- Your business card with your contact information should have fonts large enough for a 65 year old person to read. There's nothing more frustrating to someone that has eye problems than to 'not' be able to read a phone number or website address on a business card. MAKE IT LARGE!! It always makes me scratch my head when I see a business card with all of that un-used blank space on it!!
- Carry both types of cards with you at all times. Only hand out the business card to business contacts. Do you really want your stalker texting you at 2 am in the morning to ask about your next show??
- Build an email distribution list. Bandzoogle.com allows you to do this very easily. Facebook and other social media sites are now making you pay for your followers to see your posts so the most inexpensive way to get your message out is to send directly to their email address. In the beginning of my career, it was a religion for me to collect email addresses at every show and appearance. I carried a small notebook around with me everywhere I went and when I talked to someone I asked if they wanted to sign up for my newsletter.
- When you are performing in a small club or venue, do not spend your break in the 'green room' or 'back room' where the band usually hangs out. Go out and shake hands and thank people for coming to your show and GIVE THEM A FAN CARD. Get to know you fans and they will keep coming to your shows. Stop thinking like a rock star and get out of the back room - that is very 'old school' and not practical in today's marketing place.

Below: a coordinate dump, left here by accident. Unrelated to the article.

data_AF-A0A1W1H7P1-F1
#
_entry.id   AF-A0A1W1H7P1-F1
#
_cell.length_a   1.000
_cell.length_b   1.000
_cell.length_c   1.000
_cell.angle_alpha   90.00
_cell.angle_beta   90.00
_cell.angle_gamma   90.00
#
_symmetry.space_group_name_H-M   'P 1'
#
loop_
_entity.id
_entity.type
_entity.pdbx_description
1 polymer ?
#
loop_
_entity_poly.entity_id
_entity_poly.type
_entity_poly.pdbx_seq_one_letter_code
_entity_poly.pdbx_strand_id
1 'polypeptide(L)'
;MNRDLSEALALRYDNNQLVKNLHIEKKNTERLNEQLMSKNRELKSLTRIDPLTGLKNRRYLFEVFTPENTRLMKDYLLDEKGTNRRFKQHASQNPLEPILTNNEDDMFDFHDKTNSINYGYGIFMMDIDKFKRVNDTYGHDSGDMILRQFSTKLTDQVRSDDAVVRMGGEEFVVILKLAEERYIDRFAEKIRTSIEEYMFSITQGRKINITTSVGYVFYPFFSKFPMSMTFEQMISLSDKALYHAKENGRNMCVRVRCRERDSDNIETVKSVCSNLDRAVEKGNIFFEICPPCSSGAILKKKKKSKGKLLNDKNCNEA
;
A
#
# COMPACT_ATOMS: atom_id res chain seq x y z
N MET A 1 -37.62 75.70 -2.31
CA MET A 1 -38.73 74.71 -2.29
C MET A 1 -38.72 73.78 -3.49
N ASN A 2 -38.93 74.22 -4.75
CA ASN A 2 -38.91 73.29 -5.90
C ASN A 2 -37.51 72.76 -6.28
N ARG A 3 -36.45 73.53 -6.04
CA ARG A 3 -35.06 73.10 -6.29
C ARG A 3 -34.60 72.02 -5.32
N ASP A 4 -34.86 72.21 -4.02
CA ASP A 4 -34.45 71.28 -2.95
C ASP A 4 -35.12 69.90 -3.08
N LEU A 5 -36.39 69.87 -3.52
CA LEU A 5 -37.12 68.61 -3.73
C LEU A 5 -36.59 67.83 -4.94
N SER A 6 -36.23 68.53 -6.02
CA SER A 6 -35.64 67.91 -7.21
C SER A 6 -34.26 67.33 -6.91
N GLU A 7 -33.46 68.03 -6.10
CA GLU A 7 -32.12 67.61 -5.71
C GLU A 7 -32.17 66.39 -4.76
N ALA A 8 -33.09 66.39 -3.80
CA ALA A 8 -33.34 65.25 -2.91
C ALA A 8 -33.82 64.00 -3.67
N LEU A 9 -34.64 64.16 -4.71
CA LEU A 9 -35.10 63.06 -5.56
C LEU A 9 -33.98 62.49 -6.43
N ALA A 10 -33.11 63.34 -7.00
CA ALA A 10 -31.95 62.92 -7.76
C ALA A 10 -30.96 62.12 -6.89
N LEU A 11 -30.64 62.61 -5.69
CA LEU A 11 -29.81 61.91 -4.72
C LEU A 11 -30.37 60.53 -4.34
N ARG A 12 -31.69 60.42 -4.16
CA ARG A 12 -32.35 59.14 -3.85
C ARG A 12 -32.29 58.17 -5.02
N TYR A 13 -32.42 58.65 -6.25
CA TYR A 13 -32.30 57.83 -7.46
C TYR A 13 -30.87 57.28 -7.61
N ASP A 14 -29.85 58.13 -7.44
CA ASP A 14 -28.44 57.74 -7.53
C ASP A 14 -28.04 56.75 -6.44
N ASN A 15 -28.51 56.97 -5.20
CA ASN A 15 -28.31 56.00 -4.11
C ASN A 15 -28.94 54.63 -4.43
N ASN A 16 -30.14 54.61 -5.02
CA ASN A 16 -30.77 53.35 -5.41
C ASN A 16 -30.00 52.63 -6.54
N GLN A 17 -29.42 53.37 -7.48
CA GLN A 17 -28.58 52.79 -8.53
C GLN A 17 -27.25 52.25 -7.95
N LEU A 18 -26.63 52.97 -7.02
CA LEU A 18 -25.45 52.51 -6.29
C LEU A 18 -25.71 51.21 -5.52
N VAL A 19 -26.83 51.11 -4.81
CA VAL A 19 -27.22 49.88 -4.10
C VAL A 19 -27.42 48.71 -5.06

- Be nice to people no matter where you are and hand out your fan cards, invite them to your website to get a free download or listen to music, leave you a message, comment about your music, etc. Once, I gave my fan card to a police officer that was writing me a ticket and found out that his wife was in the movie industry and shopped for music to sell to movies - so you NEVER KNOW who you will run into - stay on your toes!!
#5 No Money For Marketing?
This is when you've got to get creative and think outside the box. You'll find that when you come up with one great creative marketing idea, other ideas will spring off from that idea and the snowball effect will kick in.
Here are a few things I have done that might give you some ideas for creative marketing:
- Partner with a start-up company and negotiate appearances at places where they will be promoting their product so you can perform, become their spokesperson, get your photo on their ads/posters/website/etc. Start up companies may not be able to give you any sponsor dollars but it gets you free exposure in front of people that might not otherwise see you or hear about you.
- Create co-marketing relationships with people or businesses that have a large email distribution list and regularly send out information or newsletters to their subscribers. Figure out what you are able to give them that will help them and in return ask that they promote you in their newsletter, provide a link to your site or invite their audience to your shows.
- Set up interviews with small privately owned radio stations. Offer to spend a few hours on the air talking about your music and perform a live song on their morning show, etc.
- Interview with anyone and everyone that offers and seek out internet stations that are begging for interviews with any artist and go sit down with whomever will talk to you. The more interviews the more exposure.
- Have someone that is a good writer write a story about your journey and send to the local paper. Sometimes they will ask to publish the story or they will send someone to interview you from the paper.
- Perform for large charity events (10,000+) and tell them you will perform for free if they allow you to sell product and hand out your marketing material. Offer to give a portion of your sales back to the charity as a thank you.
- There's tons of other ideas but this will get you thinking in the right direction.
#6 When To Hire A Manager - Or Not